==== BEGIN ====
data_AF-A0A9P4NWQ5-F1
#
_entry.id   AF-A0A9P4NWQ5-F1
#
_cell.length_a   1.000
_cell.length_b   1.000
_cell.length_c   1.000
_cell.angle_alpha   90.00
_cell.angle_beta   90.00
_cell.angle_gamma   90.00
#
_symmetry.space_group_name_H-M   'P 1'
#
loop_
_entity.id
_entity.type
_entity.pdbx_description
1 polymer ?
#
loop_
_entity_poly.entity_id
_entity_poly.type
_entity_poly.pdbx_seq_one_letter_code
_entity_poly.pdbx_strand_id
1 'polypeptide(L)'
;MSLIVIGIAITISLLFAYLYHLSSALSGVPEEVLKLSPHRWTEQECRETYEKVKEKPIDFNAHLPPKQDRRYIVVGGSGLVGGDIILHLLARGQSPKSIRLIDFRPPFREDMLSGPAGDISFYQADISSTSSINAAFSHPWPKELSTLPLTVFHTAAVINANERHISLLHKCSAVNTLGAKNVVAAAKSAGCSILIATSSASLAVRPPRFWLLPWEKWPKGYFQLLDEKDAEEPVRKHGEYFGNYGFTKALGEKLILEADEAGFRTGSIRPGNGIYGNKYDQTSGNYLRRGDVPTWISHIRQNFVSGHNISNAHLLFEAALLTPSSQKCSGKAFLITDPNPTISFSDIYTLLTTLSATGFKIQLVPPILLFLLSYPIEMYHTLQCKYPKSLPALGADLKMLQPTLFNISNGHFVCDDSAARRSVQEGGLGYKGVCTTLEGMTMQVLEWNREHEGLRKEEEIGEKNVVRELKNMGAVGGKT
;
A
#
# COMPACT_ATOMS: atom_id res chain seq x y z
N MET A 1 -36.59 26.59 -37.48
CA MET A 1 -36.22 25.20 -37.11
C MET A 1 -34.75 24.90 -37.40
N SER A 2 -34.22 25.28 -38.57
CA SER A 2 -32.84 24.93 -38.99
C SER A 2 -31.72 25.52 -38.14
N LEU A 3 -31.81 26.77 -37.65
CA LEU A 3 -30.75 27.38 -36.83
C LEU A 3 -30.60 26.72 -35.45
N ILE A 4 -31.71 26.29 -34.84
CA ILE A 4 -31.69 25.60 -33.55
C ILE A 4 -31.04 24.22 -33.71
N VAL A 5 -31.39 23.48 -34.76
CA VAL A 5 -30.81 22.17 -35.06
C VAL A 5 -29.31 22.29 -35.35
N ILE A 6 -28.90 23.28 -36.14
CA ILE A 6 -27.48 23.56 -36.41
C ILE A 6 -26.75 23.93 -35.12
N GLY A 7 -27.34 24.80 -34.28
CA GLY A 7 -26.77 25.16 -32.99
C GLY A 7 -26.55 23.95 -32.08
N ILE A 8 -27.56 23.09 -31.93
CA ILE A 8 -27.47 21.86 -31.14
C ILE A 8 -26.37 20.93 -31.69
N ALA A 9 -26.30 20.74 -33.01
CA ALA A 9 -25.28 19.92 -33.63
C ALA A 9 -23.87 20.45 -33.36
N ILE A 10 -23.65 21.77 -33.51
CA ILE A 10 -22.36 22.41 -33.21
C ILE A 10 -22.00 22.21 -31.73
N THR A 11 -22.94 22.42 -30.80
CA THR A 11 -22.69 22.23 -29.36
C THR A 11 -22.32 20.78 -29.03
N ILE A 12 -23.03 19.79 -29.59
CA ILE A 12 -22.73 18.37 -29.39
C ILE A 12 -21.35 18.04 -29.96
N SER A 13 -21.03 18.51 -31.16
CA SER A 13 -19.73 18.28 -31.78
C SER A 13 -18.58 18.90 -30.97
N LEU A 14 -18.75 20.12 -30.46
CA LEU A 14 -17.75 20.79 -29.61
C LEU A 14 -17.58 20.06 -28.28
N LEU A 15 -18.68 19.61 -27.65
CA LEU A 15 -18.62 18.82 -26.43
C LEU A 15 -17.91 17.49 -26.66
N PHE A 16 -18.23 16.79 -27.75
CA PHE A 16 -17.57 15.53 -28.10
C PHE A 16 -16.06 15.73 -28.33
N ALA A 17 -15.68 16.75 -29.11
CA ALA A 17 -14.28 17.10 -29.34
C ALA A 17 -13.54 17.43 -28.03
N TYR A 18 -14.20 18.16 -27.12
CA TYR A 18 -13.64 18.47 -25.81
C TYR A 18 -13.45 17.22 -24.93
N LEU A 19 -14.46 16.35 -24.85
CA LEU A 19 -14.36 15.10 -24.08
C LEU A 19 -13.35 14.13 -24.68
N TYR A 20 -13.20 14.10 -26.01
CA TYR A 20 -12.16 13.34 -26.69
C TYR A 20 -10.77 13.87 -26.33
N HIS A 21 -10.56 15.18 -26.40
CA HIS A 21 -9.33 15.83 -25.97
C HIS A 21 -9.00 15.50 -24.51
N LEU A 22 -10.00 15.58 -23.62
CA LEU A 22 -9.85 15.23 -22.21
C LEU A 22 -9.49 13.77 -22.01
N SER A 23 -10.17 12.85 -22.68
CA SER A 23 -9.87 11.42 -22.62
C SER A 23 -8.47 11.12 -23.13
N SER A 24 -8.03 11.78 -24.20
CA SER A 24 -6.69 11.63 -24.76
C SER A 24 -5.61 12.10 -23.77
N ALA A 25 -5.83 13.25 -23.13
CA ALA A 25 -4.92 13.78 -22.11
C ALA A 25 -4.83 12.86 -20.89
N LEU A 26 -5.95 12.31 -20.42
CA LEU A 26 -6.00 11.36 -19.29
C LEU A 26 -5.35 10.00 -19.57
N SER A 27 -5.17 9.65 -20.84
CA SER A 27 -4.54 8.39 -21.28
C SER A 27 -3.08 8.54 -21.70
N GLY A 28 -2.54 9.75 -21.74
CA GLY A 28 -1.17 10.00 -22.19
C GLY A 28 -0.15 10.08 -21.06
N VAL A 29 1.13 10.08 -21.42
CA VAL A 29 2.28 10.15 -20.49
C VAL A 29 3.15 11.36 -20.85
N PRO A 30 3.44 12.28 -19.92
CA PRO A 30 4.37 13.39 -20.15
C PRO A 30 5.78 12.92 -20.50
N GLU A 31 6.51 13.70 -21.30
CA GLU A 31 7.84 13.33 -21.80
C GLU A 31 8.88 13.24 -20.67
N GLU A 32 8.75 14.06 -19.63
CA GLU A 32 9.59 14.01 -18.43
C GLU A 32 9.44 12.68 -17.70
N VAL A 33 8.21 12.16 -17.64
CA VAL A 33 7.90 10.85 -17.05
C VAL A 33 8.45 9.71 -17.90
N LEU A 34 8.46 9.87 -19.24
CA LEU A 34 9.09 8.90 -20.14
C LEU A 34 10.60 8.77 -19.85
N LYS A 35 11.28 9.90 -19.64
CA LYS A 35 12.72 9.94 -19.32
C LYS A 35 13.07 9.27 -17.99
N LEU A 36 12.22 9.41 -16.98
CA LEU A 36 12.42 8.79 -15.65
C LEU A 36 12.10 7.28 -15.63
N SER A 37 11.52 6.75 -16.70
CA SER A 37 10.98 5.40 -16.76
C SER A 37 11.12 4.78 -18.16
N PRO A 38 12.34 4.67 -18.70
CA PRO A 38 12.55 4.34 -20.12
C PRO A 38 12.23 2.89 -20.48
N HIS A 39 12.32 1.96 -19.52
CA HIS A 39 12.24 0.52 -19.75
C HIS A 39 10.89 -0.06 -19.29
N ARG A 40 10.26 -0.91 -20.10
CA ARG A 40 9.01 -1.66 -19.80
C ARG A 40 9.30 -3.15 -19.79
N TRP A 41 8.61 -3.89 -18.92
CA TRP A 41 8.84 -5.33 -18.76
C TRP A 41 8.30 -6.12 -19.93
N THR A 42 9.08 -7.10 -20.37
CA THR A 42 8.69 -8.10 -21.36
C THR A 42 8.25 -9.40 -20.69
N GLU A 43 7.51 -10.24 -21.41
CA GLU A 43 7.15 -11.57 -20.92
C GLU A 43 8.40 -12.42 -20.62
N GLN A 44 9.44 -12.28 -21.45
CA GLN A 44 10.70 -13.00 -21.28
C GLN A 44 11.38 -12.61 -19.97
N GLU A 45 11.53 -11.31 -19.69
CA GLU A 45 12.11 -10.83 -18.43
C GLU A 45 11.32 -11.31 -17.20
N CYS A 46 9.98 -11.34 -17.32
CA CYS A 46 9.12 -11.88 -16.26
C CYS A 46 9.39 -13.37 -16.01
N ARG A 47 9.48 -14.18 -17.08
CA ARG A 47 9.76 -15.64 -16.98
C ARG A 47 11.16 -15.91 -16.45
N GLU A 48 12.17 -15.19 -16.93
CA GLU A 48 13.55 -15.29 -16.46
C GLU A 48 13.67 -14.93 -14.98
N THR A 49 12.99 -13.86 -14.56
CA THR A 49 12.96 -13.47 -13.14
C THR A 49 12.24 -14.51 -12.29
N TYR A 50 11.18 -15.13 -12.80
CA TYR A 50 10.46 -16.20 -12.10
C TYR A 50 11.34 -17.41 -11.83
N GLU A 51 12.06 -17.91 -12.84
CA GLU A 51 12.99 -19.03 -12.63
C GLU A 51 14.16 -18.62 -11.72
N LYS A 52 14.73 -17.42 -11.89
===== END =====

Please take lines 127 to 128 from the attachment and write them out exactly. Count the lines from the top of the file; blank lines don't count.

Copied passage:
N VAL A 33 8.21 12.16 -17.64
CA VAL A 33 7.90 10.85 -17.05